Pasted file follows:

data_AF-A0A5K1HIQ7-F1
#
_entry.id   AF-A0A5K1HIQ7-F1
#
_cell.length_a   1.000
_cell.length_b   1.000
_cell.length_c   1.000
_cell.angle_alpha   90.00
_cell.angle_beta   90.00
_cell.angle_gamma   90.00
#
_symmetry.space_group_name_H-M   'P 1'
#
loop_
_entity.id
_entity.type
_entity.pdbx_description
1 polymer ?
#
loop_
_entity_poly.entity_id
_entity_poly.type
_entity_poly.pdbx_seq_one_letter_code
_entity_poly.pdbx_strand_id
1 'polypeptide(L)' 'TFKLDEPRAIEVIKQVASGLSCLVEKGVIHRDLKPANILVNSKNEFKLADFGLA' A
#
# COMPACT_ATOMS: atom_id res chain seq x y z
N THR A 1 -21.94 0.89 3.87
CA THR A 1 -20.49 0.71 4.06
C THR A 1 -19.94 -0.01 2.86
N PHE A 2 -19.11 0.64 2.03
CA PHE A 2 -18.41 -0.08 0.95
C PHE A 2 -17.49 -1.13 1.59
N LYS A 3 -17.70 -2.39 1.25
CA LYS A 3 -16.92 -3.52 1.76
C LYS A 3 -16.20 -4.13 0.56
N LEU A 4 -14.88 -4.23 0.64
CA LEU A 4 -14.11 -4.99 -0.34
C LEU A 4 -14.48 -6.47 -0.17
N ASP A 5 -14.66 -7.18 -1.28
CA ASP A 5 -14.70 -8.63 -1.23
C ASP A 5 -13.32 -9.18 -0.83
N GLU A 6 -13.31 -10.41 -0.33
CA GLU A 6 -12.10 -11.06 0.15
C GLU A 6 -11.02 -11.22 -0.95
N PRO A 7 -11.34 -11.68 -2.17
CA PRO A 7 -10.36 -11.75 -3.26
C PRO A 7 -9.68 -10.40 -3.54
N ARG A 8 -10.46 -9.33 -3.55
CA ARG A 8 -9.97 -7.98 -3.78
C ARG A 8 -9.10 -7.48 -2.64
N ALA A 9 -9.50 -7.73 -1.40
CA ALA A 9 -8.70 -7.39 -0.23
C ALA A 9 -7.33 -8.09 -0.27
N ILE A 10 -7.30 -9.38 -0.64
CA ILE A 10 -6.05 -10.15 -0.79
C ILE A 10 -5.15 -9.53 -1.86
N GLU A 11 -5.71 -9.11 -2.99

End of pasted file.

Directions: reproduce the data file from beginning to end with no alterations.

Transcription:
data_AF-A0A5K1HIQ7-F1
#
_entry.id   AF-A0A5K1HIQ7-F1
#
_cell.length_a   1.000
_cell.length_b   1.000
_cell.length_c   1.000
_cell.angle_alpha   90.00
_cell.angle_beta   90.00
_cell.angle_gamma   90.00
#
_symmetry.space_group_name_H-M   'P 1'
#
loop_
_entity.id
_entity.type
_entity.pdbx_description
1 polymer ?
#
loop_
_entity_poly.entity_id
_entity_poly.type
_entity_poly.pdbx_seq_one_letter_code
_entity_poly.pdbx_strand_id
1 'polypeptide(L)' 'TFKLDEPRAIEVIKQVASGLSCLVEKGVIHRDLKPANILVNSKNEFKLADFGLA' A
#
# COMPACT_ATOMS: atom_id res chain seq x y z
N THR A 1 -21.94 0.89 3.87
CA THR A 1 -20.49 0.71 4.06
C THR A 1 -19.94 -0.01 2.86
N PHE A 2 -19.11 0.64 2.03
CA PHE A 2 -18.41 -0.08 0.95
C PHE A 2 -17.49 -1.13 1.59
N LYS A 3 -17.70 -2.39 1.25
CA LYS A 3 -16.92 -3.52 1.76
C LYS A 3 -16.20 -4.13 0.56
N LEU A 4 -14.88 -4.23 0.64
CA LEU A 4 -14.11 -4.99 -0.34
C LEU A 4 -14.48 -6.47 -0.17
N ASP A 5 -14.66 -7.18 -1.28
CA ASP A 5 -14.70 -8.63 -1.23
C ASP A 5 -13.32 -9.18 -0.83
N GLU A 6 -13.31 -10.41 -0.33
CA GLU A 6 -12.10 -11.06 0.15
C GLU A 6 -11.02 -11.22 -0.95
N PRO A 7 -11.34 -11.68 -2.17
CA PRO A 7 -10.36 -11.75 -3.26
C PRO A 7 -9.68 -10.40 -3.54
N ARG A 8 -10.46 -9.33 -3.55
CA ARG A 8 -9.97 -7.98 -3.78
C ARG A 8 -9.10 -7.48 -2.64
N ALA A 9 -9.50 -7.73 -1.40
CA ALA A 9 -8.70 -7.39 -0.23
C ALA A 9 -7.33 -8.09 -0.27
N ILE A 10 -7.30 -9.38 -0.64
CA ILE A 10 -6.05 -10.15 -0.79
C ILE A 10 -5.15 -9.53 -1.86
N GLU A 11 -5.71 -9.11 -2.99